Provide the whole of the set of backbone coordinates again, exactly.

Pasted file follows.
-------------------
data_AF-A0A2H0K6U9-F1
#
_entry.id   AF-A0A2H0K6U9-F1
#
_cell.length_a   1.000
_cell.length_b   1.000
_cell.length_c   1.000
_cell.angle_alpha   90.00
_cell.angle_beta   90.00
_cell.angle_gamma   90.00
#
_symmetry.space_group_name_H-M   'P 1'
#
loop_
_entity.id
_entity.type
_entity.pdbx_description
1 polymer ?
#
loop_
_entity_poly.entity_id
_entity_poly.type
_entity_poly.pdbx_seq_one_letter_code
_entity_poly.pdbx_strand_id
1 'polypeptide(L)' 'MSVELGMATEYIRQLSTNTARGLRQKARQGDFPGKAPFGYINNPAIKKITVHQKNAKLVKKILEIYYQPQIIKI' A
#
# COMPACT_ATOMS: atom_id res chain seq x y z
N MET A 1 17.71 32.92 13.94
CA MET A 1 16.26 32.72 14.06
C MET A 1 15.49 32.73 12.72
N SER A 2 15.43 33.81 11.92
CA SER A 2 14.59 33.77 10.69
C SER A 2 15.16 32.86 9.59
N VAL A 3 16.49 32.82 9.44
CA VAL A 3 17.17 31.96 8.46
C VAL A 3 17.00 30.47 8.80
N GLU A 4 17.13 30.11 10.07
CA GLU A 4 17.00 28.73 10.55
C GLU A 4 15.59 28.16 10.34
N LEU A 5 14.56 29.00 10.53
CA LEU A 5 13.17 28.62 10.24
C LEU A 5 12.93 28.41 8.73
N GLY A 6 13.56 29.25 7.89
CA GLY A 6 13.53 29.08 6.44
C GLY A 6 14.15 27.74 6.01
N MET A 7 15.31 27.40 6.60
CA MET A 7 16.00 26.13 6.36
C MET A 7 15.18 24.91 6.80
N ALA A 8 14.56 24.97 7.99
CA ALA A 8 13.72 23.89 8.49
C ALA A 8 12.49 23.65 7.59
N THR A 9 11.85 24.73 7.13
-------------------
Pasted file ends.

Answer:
data_AF-A0A2H0K6U9-F1
#
_entry.id   AF-A0A2H0K6U9-F1
#
_cell.length_a   1.000
_cell.length_b   1.000
_cell.length_c   1.000
_cell.angle_alpha   90.00
_cell.angle_beta   90.00
_cell.angle_gamma   90.00
#
_symmetry.space_group_name_H-M   'P 1'
#
loop_
_entity.id
_entity.type
_entity.pdbx_description
1 polymer ?
#
loop_
_entity_poly.entity_id
_entity_poly.type
_entity_poly.pdbx_seq_one_letter_code
_entity_poly.pdbx_strand_id
1 'polypeptide(L)' 'MSVELGMATEYIRQLSTNTARGLRQKARQGDFPGKAPFGYINNPAIKKITVHQKNAKLVKKILEIYYQPQIIKI' A
#
# COMPACT_ATOMS: atom_id res chain seq x y z
N MET A 1 17.71 32.92 13.94
CA MET A 1 16.26 32.72 14.06
C MET A 1 15.49 32.73 12.72
N SER A 2 15.43 33.81 11.92
CA SER A 2 14.59 33.77 10.69
C SER A 2 15.16 32.86 9.59
N VAL A 3 16.49 32.82 9.44
CA VAL A 3 17.17 31.96 8.46
C VAL A 3 17.00 30.47 8.80
N GLU A 4 17.13 30.11 10.07
CA GLU A 4 17.00 28.73 10.55
C GLU A 4 15.59 28.16 10.34
N LEU A 5 14.56 29.00 10.53
CA LEU A 5 13.17 28.62 10.24
C LEU A 5 12.93 28.41 8.73
N GLY A 6 13.56 29.25 7.89
CA GLY A 6 13.53 29.08 6.44
C GLY A 6 14.15 27.74 6.01
N MET A 7 15.31 27.40 6.60
CA MET A 7 16.00 26.13 6.36
C MET A 7 15.18 24.91 6.80
N ALA A 8 14.56 24.97 7.99
CA ALA A 8 13.72 23.89 8.49
C ALA A 8 12.49 23.65 7.59
N THR A 9 11.85 24.73 7.13